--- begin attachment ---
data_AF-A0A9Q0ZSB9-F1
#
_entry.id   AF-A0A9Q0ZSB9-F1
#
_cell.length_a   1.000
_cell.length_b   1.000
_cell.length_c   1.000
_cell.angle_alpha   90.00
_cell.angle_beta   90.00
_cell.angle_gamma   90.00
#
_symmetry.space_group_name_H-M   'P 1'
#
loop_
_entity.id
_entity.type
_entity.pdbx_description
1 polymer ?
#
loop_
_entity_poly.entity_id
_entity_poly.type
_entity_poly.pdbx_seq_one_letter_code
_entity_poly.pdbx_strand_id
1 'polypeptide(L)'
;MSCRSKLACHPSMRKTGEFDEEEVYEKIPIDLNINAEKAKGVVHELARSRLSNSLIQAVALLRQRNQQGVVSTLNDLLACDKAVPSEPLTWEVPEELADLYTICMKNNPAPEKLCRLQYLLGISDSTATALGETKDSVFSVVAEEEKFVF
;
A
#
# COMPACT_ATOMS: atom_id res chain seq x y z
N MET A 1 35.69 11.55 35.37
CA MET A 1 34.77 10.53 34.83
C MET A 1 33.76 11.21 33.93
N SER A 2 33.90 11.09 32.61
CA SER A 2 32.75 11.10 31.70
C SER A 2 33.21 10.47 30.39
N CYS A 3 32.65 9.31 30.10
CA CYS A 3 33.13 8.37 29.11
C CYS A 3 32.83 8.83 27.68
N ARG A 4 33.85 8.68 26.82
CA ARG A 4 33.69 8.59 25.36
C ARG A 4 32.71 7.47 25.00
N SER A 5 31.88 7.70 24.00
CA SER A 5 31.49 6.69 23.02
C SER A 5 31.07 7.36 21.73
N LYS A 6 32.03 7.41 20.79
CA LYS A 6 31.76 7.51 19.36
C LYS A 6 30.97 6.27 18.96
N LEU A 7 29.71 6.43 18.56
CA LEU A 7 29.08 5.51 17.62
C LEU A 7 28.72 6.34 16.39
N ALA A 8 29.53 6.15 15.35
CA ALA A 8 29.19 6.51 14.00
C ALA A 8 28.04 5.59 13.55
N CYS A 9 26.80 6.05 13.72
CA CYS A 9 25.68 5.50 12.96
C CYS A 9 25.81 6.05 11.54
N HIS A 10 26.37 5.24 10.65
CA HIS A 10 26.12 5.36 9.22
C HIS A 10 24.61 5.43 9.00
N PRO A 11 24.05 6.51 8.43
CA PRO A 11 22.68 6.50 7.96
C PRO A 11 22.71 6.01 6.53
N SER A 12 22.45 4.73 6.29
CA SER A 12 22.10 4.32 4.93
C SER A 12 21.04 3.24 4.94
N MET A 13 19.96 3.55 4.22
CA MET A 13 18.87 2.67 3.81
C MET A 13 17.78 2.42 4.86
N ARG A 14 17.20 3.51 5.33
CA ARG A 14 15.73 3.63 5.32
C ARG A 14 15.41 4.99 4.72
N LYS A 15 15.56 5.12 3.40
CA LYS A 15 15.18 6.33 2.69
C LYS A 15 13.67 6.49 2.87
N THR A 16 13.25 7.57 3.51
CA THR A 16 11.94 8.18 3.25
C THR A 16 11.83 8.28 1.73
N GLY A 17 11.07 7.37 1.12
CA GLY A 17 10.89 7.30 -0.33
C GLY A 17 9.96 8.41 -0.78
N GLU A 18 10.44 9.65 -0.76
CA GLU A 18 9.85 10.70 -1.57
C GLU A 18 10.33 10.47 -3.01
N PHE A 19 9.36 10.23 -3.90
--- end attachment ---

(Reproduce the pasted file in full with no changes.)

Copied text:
data_AF-A0A9Q0ZSB9-F1
#
_entry.id   AF-A0A9Q0ZSB9-F1
#
_cell.length_a   1.000
_cell.length_b   1.000
_cell.length_c   1.000
_cell.angle_alpha   90.00
_cell.angle_beta   90.00
_cell.angle_gamma   90.00
#
_symmetry.space_group_name_H-M   'P 1'
#
loop_
_entity.id
_entity.type
_entity.pdbx_description
1 polymer ?
#
loop_
_entity_poly.entity_id
_entity_poly.type
_entity_poly.pdbx_seq_one_letter_code
_entity_poly.pdbx_strand_id
1 'polypeptide(L)'
;MSCRSKLACHPSMRKTGEFDEEEVYEKIPIDLNINAEKAKGVVHELARSRLSNSLIQAVALLRQRNQQGVVSTLNDLLACDKAVPSEPLTWEVPEELADLYTICMKNNPAPEKLCRLQYLLGISDSTATALGETKDSVFSVVAEEEKFVF
;
A
#
# COMPACT_ATOMS: atom_id res chain seq x y z
N MET A 1 35.69 11.55 35.37
CA MET A 1 34.77 10.53 34.83
C MET A 1 33.76 11.21 33.93
N SER A 2 33.90 11.09 32.61
CA SER A 2 32.75 11.10 31.70
C SER A 2 33.21 10.47 30.39
N CYS A 3 32.65 9.31 30.10
CA CYS A 3 33.13 8.37 29.11
C CYS A 3 32.83 8.83 27.68
N ARG A 4 33.85 8.68 26.82
CA ARG A 4 33.69 8.59 25.36
C ARG A 4 32.71 7.47 25.00
N SER A 5 31.88 7.70 24.00
CA SER A 5 31.49 6.69 23.02
C SER A 5 31.07 7.36 21.73
N LYS A 6 32.03 7.41 20.79
CA LYS A 6 31.76 7.51 19.36
C LYS A 6 30.97 6.27 18.96
N LEU A 7 29.71 6.43 18.56
CA LEU A 7 29.08 5.51 17.62
C LEU A 7 28.72 6.34 16.39
N ALA A 8 29.53 6.15 15.35
CA ALA A 8 29.19 6.51 14.00
C ALA A 8 28.04 5.59 13.55
N CYS A 9 26.80 6.05 13.72
CA CYS A 9 25.68 5.50 12.96
C CYS A 9 25.81 6.05 11.54
N HIS A 10 26.37 5.24 10.65
CA HIS A 10 26.12 5.36 9.22
C HIS A 10 24.61 5.43 9.00
N PRO A 11 24.05 6.51 8.43
CA PRO A 11 22.68 6.50 7.96
C PRO A 11 22.71 6.01 6.53
N SER A 12 22.45 4.73 6.29
CA SER A 12 22.10 4.32 4.93
C SER A 12 21.04 3.24 4.94
N MET A 13 19.96 3.55 4.22
CA MET A 13 18.87 2.67 3.81
C MET A 13 17.78 2.42 4.86
N ARG A 14 17.20 3.51 5.33
CA ARG A 14 15.73 3.63 5.32
C ARG A 14 15.41 4.99 4.72
N LYS A 15 15.56 5.12 3.40
CA LYS A 15 15.18 6.33 2.69
C LYS A 15 13.67 6.49 2.87
N THR A 16 13.25 7.57 3.51
CA THR A 16 11.94 8.18 3.25
C THR A 16 11.83 8.28 1.73
N GLY A 17 11.07 7.37 1.12
CA GLY A 17 10.89 7.30 -0.33
C GLY A 17 9.96 8.41 -0.78
N GLU A 18 10.44 9.65 -0.76
CA GLU A 18 9.85 10.70 -1.57
C GLU A 18 10.33 10.47 -3.01
N PHE A 19 9.36 10.23 -3.90